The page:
Following the European day of Early Music celebrated on 21st March, Bachtrack sets out this spring on a Grand Tour across Europe and beyond, to meet some of the most important period instrument performers and conductors. Our first interviewee is Nicholas Kraemer, Principal Guest Conductor of Music of the Baroque, Chicago.

Nicholas Kraemer © Jim Steere
Nicholas Kraemer
© Jim Steere

The Baroque period saw the emergence of The Grand Tour, a travel made throughout Europe whose aim was to meet new cultures and complete one’s education. Nowadays, it’s period music ensembles – as well as audiences – that travel extensively, giving the chance for people to hear music sometimes forgotten for centuries. How would you explain the popularity of Baroque music?

Baroque music got a new lease of life, when period ensembles emerged in the 1970s, due to their liveliness, lightness and transparent textures. This in turn has rubbed off on to the modern instrument ensembles that play Bach etc and even with symphony orchestras there is an expectation of ‘enlightened’ Baroque interpretation.

The status of Baroque music in contemporary society is hard to define. Some children start learning music with the harpsichord for instance. Is Baroque still ancient ?  

Do children start by learning the harpsichord? That’s news to me. I think children are more likely to relate to Baroque music than to contemporary classical music – unless there are cross-over elements. Ancient? If it has negative connotations, then no. Maybe the specialisation by ensembles of different periods of music is reflected in their audience/followers. For instance you can either be a Wagnerite or a Handelian but not normally both.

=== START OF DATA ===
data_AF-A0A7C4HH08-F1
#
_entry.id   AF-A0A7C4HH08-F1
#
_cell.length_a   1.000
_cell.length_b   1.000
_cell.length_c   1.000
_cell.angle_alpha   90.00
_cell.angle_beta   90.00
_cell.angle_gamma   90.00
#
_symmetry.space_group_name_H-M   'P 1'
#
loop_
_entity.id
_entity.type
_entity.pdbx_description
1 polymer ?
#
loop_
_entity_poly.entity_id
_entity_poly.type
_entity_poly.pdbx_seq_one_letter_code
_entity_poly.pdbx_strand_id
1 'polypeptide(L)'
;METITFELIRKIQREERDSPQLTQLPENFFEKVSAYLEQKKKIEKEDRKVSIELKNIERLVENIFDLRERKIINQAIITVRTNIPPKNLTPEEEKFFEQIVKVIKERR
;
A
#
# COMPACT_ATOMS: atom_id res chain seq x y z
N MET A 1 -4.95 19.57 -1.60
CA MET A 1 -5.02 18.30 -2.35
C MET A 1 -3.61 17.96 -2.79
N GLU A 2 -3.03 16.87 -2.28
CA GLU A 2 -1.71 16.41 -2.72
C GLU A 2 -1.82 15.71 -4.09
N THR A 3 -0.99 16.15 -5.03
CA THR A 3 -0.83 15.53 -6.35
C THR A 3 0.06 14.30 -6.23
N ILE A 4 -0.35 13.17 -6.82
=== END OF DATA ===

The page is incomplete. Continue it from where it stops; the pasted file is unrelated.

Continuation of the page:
There has been a lot of research over the past decades exploring Baroque’s musical heritage, both in terms of performance practices and in terms of sociology of music. What discoveries have excited you most? What is left to be discovered?

What excites me is that this music is continually being ‘rediscovered’ by interesting and varied approaches. I’m not one for digging out obscure Baroque operas, orchestral and chamber music, when the stuff we have already is so good and being reinterpreted in a fresh and original way. The lost cantatas of Bach are still to be discovered but I have a feeling they are well and truly lost.

History seems to be an inexhaustible source of inspiration. Historically informed performances have now explored more recent repertoires, such as 19th century music. How do you feel about this new trend? Where will it end?

It’s fine, but not necessarily more interesting or valid than ‘modern’ performances. I think we learn a great deal from these ‘early’ sources but it matters not to me whether they are played on ‘original’ or ‘modern’.

Going back to The Grand Tour theme, what is the thing you miss most when you go on tour? What are the difficulties of living ‘out of a suitcase’?

I very rarely tour – usually a few concerts in one venue (5 Messiahs running is not a rarity anymore).

Are there opportunities to explore the cities you travel to? What has been the most memorable tour destination?

Yes definitely. Especially if you get a bicycle. Probably Rovaniemi (capital of Lapland) was my most memorable in recent years, but I love Chicago.